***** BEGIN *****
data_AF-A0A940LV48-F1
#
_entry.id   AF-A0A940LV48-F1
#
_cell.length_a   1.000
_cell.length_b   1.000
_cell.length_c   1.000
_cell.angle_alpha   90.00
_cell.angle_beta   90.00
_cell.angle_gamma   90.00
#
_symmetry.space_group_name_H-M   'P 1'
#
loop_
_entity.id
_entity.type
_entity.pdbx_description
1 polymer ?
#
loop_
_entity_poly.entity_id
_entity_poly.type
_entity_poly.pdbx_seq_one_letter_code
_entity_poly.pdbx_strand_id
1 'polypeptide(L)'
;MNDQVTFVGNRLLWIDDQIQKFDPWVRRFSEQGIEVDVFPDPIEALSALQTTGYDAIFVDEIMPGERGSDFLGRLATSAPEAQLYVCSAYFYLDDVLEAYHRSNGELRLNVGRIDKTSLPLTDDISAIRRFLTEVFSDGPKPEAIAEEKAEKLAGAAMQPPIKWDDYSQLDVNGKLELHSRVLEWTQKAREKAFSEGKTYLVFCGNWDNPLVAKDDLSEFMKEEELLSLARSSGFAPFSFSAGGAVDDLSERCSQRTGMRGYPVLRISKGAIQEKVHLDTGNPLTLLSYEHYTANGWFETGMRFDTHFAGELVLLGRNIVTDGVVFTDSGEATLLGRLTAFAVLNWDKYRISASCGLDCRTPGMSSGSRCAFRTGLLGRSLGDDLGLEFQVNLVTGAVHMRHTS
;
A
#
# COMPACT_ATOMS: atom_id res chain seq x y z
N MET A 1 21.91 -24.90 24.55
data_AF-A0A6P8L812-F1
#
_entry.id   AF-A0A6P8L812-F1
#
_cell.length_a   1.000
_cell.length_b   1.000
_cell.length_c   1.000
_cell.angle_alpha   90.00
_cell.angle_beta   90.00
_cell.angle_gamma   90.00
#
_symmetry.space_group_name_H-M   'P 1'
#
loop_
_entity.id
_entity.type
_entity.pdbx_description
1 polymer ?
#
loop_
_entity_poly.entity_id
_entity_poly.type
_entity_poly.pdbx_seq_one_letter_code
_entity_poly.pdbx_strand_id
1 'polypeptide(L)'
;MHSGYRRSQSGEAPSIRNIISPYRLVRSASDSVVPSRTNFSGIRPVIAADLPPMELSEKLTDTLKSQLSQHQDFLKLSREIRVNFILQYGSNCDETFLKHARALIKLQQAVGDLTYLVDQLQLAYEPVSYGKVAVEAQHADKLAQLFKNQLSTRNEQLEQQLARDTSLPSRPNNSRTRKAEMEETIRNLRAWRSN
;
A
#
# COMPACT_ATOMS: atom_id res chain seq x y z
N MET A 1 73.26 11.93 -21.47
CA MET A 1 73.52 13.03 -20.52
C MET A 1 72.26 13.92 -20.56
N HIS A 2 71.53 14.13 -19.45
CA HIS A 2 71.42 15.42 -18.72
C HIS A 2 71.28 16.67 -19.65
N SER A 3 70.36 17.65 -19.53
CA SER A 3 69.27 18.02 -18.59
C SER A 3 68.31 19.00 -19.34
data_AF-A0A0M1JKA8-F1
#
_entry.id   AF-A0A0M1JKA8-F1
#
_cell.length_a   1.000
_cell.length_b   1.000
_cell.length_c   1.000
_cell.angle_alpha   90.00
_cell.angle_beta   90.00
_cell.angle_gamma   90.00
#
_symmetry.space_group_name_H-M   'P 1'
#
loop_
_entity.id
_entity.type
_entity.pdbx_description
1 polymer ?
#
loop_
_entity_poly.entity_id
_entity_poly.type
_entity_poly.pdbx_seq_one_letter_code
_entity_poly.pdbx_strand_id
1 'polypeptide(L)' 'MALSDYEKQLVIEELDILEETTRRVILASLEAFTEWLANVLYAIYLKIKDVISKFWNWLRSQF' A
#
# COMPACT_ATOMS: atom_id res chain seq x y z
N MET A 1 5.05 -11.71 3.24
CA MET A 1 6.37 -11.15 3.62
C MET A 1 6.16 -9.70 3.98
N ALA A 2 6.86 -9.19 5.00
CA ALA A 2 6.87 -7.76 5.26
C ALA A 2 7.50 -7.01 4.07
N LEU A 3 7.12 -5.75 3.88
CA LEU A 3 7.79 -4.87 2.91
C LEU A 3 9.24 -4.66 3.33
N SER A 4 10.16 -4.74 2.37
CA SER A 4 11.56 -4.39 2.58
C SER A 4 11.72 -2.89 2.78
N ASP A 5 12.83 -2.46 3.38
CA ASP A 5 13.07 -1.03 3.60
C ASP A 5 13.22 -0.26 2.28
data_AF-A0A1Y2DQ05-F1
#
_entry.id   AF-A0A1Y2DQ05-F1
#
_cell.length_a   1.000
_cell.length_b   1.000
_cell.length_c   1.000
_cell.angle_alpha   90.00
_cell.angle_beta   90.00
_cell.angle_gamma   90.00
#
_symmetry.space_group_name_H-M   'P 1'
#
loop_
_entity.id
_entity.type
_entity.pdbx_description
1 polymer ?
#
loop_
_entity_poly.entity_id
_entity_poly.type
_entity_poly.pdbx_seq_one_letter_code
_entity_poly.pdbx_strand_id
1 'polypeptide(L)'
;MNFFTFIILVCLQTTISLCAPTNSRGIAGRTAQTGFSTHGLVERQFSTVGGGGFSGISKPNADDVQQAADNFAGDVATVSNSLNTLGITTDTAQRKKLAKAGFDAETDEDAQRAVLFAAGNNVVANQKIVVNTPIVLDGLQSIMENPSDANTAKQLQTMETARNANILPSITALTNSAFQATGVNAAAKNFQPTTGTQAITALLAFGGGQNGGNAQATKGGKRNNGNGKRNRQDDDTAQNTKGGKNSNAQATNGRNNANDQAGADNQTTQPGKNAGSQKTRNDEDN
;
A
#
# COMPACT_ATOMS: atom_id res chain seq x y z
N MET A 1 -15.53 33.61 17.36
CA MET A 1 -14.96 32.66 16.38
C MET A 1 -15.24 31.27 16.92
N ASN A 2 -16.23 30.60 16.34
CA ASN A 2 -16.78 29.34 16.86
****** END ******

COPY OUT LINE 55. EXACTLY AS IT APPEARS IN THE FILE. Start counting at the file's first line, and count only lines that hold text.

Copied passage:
_entity_poly.pdbx_strand_id